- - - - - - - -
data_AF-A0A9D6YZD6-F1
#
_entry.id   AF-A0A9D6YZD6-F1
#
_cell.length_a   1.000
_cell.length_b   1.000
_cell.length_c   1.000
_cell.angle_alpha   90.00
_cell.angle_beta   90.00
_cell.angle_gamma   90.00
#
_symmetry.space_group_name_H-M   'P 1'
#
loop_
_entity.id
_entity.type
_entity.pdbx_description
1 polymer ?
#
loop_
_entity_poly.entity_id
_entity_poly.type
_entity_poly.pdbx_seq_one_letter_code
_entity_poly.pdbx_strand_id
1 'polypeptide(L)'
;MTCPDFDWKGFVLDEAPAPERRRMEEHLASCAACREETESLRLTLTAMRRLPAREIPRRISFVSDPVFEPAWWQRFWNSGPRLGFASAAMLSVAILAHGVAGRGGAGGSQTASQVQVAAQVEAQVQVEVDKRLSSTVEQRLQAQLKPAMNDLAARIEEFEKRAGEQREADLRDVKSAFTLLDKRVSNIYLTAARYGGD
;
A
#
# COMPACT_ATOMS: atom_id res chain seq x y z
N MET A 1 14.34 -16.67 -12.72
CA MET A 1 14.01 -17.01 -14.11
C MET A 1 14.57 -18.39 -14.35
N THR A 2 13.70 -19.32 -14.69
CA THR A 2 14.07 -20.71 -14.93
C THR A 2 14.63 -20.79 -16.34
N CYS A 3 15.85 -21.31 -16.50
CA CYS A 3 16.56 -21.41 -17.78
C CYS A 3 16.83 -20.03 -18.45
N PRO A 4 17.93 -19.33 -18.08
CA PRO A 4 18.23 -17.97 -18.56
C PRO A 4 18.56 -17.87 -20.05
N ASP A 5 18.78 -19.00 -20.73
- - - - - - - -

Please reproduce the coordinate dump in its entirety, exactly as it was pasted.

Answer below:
data_AF-A0A9D6YZD6-F1
#
_entry.id   AF-A0A9D6YZD6-F1
#
_cell.length_a   1.000
_cell.length_b   1.000
_cell.length_c   1.000
_cell.angle_alpha   90.00
_cell.angle_beta   90.00
_cell.angle_gamma   90.00
#
_symmetry.space_group_name_H-M   'P 1'
#
loop_
_entity.id
_entity.type
_entity.pdbx_description
1 polymer ?
#
loop_
_entity_poly.entity_id
_entity_poly.type
_entity_poly.pdbx_seq_one_letter_code
_entity_poly.pdbx_strand_id
1 'polypeptide(L)'
;MTCPDFDWKGFVLDEAPAPERRRMEEHLASCAACREETESLRLTLTAMRRLPAREIPRRISFVSDPVFEPAWWQRFWNSGPRLGFASAAMLSVAILAHGVAGRGGAGGSQTASQVQVAAQVEAQVQVEVDKRLSSTVEQRLQAQLKPAMNDLAARIEEFEKRAGEQREADLRDVKSAFTLLDKRVSNIYLTAARYGGD
;
A
#
# COMPACT_ATOMS: atom_id res chain seq x y z
N MET A 1 14.34 -16.67 -12.72
CA MET A 1 14.01 -17.01 -14.11
C MET A 1 14.57 -18.39 -14.35
N THR A 2 13.70 -19.32 -14.69
CA THR A 2 14.07 -20.71 -14.93
C THR A 2 14.63 -20.79 -16.34
N CYS A 3 15.85 -21.31 -16.50
CA CYS A 3 16.56 -21.41 -17.78
C CYS A 3 16.83 -20.03 -18.45
N PRO A 4 17.93 -19.33 -18.08
CA PRO A 4 18.23 -17.97 -18.56
C PRO A 4 18.56 -17.87 -20.05
N ASP A 5 18.78 -19.00 -20.73